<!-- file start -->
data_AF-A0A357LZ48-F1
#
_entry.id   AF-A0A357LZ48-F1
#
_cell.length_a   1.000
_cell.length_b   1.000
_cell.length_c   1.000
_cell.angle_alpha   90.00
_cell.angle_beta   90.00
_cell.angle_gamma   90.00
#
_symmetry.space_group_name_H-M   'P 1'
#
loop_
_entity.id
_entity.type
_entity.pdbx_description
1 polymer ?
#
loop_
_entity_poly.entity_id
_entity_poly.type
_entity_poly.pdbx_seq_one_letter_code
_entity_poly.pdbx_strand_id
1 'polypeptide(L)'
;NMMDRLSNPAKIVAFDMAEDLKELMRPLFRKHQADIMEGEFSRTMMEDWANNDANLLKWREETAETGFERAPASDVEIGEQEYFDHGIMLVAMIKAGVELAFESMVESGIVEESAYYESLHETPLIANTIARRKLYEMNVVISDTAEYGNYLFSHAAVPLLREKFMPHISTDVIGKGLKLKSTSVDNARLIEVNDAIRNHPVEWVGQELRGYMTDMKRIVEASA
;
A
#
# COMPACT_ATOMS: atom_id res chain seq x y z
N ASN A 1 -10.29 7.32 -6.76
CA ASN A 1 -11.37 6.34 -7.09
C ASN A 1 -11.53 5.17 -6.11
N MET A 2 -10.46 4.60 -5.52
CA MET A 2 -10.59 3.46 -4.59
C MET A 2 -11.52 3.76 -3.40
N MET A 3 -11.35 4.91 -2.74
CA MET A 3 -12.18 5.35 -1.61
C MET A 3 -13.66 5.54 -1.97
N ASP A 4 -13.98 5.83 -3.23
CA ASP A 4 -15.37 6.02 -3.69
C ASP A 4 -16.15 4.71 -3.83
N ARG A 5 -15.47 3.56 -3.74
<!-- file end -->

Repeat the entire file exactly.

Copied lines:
data_AF-A0A357LZ48-F1
#
_entry.id   AF-A0A357LZ48-F1
#
_cell.length_a   1.000
_cell.length_b   1.000
_cell.length_c   1.000
_cell.angle_alpha   90.00
_cell.angle_beta   90.00
_cell.angle_gamma   90.00
#
_symmetry.space_group_name_H-M   'P 1'
#
loop_
_entity.id
_entity.type
_entity.pdbx_description
1 polymer ?
#
loop_
_entity_poly.entity_id
_entity_poly.type
_entity_poly.pdbx_seq_one_letter_code
_entity_poly.pdbx_strand_id
1 'polypeptide(L)'
;NMMDRLSNPAKIVAFDMAEDLKELMRPLFRKHQADIMEGEFSRTMMEDWANNDANLLKWREETAETGFERAPASDVEIGEQEYFDHGIMLVAMIKAGVELAFESMVESGIVEESAYYESLHETPLIANTIARRKLYEMNVVISDTAEYGNYLFSHAAVPLLREKFMPHISTDVIGKGLKLKSTSVDNARLIEVNDAIRNHPVEWVGQELRGYMTDMKRIVEASA
;
A
#
# COMPACT_ATOMS: atom_id res chain seq x y z
N ASN A 1 -10.29 7.32 -6.76
CA ASN A 1 -11.37 6.34 -7.09
C ASN A 1 -11.53 5.17 -6.11
N MET A 2 -10.46 4.60 -5.52
CA MET A 2 -10.59 3.46 -4.59
C MET A 2 -11.52 3.76 -3.40
N MET A 3 -11.35 4.91 -2.74
CA MET A 3 -12.18 5.35 -1.61
C MET A 3 -13.66 5.54 -1.97
N ASP A 4 -13.98 5.83 -3.23
CA ASP A 4 -15.37 6.02 -3.69
C ASP A 4 -16.15 4.71 -3.83
N ARG A 5 -15.47 3.56 -3.74